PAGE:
6 proactive steps for AMCs Considering Affiliations, Mergers or Acquisitions

Developing a framework and defining decision-making criteria facilitates objective evaluations of merger and affiliation opportunities, and provides the foundation for AMCs to be proactive about market opportunities.

1. Determine gaps or weaknesses in strategic and business goals and identify the types of organizations and capabilities that would alleviate shortcomings and strengthen positioning.

2. Identify potential partners, considering the following factors:



Existing affiliations also deserve a closer look to determine if there are opportunities to broaden the scope to include other services or tighten the existing relationship.

3. Conduct a preliminary assessment of each potential partner, including an examination of:

  • Volume statistics and trends from state agency and hospital association reports
  • Inpatient market share trends, overall and by specialty
  • Clinical service portfolio
  • Medical staff mix, quality, and alignment
  • Quality metrics, including CMS core measures
  • Patient satisfaction scores, including HCAHPS
  • Market perception/awareness
  • Recent awards, recognitions, and accreditations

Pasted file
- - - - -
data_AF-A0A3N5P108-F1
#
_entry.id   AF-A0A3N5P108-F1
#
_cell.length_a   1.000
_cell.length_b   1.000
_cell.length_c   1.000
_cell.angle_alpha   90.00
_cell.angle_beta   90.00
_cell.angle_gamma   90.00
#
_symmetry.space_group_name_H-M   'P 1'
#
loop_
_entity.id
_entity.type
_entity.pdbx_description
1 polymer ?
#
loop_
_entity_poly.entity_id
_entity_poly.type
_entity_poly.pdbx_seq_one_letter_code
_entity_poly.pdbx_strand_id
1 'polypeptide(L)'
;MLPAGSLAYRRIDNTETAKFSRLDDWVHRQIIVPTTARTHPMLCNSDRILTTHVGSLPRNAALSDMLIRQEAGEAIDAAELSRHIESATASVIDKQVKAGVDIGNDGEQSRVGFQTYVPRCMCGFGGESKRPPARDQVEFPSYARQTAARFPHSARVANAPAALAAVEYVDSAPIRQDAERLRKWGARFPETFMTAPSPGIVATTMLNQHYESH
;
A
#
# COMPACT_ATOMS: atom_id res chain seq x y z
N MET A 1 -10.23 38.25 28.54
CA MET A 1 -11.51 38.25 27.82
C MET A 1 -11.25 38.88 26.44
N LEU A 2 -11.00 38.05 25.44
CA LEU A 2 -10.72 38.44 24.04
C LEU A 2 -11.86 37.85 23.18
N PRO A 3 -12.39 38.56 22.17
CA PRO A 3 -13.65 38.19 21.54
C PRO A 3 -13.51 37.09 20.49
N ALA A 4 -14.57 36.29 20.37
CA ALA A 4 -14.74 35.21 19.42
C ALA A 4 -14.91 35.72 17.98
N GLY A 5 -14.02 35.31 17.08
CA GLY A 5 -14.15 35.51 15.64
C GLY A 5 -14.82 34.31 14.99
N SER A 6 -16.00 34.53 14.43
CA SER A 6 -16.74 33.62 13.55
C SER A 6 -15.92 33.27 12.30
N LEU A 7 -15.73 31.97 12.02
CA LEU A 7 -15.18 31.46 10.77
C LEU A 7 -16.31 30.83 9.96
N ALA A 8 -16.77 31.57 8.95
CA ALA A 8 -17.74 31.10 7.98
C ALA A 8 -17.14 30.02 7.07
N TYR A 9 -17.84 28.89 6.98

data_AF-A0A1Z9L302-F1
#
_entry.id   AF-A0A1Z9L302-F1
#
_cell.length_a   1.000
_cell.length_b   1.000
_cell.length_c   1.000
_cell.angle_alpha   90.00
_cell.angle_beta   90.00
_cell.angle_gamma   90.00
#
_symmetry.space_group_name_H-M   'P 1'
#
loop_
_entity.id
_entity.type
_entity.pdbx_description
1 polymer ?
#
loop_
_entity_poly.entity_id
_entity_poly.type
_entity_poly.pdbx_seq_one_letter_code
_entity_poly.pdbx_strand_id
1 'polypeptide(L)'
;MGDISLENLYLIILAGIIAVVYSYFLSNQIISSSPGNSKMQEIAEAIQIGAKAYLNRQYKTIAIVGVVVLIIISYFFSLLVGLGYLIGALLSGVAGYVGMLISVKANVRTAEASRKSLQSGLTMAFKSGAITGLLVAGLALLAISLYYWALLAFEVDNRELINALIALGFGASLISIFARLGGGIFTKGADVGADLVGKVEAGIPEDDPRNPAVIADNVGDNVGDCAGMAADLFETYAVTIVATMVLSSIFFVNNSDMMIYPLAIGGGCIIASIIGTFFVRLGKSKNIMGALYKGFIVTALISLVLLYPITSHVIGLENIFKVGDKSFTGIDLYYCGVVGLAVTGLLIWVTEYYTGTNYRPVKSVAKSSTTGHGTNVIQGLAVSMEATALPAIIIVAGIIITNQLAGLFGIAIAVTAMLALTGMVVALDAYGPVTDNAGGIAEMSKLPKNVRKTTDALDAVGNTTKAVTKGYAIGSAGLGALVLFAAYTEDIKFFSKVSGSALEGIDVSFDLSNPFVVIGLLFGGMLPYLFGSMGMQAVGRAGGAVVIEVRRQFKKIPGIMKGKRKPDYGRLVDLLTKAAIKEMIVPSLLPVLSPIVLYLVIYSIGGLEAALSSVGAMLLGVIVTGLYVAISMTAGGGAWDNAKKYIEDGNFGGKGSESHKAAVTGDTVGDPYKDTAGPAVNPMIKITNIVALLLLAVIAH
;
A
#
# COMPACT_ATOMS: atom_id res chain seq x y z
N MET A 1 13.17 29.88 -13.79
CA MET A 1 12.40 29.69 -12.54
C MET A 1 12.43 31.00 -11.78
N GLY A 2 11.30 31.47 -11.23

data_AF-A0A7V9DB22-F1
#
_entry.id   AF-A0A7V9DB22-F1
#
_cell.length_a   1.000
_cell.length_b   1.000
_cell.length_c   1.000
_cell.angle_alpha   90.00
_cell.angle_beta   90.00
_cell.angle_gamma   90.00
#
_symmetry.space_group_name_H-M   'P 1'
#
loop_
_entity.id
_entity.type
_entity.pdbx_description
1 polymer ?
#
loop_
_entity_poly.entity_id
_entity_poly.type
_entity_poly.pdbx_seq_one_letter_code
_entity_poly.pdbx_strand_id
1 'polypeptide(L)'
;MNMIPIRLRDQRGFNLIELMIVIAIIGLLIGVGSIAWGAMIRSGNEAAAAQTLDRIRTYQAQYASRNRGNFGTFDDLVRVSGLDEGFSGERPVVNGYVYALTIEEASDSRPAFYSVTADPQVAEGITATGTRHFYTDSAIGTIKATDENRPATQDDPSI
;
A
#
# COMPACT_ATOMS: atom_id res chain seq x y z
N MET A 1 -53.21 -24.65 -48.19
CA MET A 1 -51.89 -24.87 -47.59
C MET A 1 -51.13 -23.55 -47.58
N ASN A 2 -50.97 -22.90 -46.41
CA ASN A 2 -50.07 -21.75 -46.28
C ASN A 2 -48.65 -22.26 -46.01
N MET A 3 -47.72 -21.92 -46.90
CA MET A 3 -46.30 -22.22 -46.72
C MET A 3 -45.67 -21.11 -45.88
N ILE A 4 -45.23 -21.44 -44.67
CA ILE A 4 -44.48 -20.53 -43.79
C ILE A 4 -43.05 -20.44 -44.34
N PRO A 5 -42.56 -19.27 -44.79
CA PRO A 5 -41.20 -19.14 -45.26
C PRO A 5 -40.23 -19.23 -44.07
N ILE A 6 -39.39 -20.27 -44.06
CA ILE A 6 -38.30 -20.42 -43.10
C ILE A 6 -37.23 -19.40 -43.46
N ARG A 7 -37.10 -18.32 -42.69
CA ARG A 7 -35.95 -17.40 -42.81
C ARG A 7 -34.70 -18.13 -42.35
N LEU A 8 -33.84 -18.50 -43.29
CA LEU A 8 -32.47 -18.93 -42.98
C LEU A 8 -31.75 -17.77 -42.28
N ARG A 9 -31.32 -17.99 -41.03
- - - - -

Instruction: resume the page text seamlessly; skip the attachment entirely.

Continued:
• Financial performance, including payor mix

4. Consider other qualitative factors:

  • Contribution to/fit with academic mission
  • Advancement of priority strategic goals
  • Risk/reward ratio
  • Ease of implementation
  • Political impacts


5. Summarize the pros/cons for each potential partner and prioritize opportunities.

6. Determine whether an expression of interest, at a minimum, is warranted for the organizations at the top of the list
.

As AMCs consider their strategic stance toward affiliations, mergers and acquisitions, the passive approach is unlikely to serve them well and could mean that significant market opportunities are missed. A proactive approach using the six steps noted above prepares AMCs to acquire the scale and capabilities needed to thrive in a consolidating, post-reform market. AMCs that choose to be reactive or opportunistic may find that when they arrive at the dance the most suitable partners are already taken.

More Articles on Academic Medical Centers:

12 Revenue Pitfalls for Academic Medical Centers
Average Department Chair Compensation at Academic Medical Centers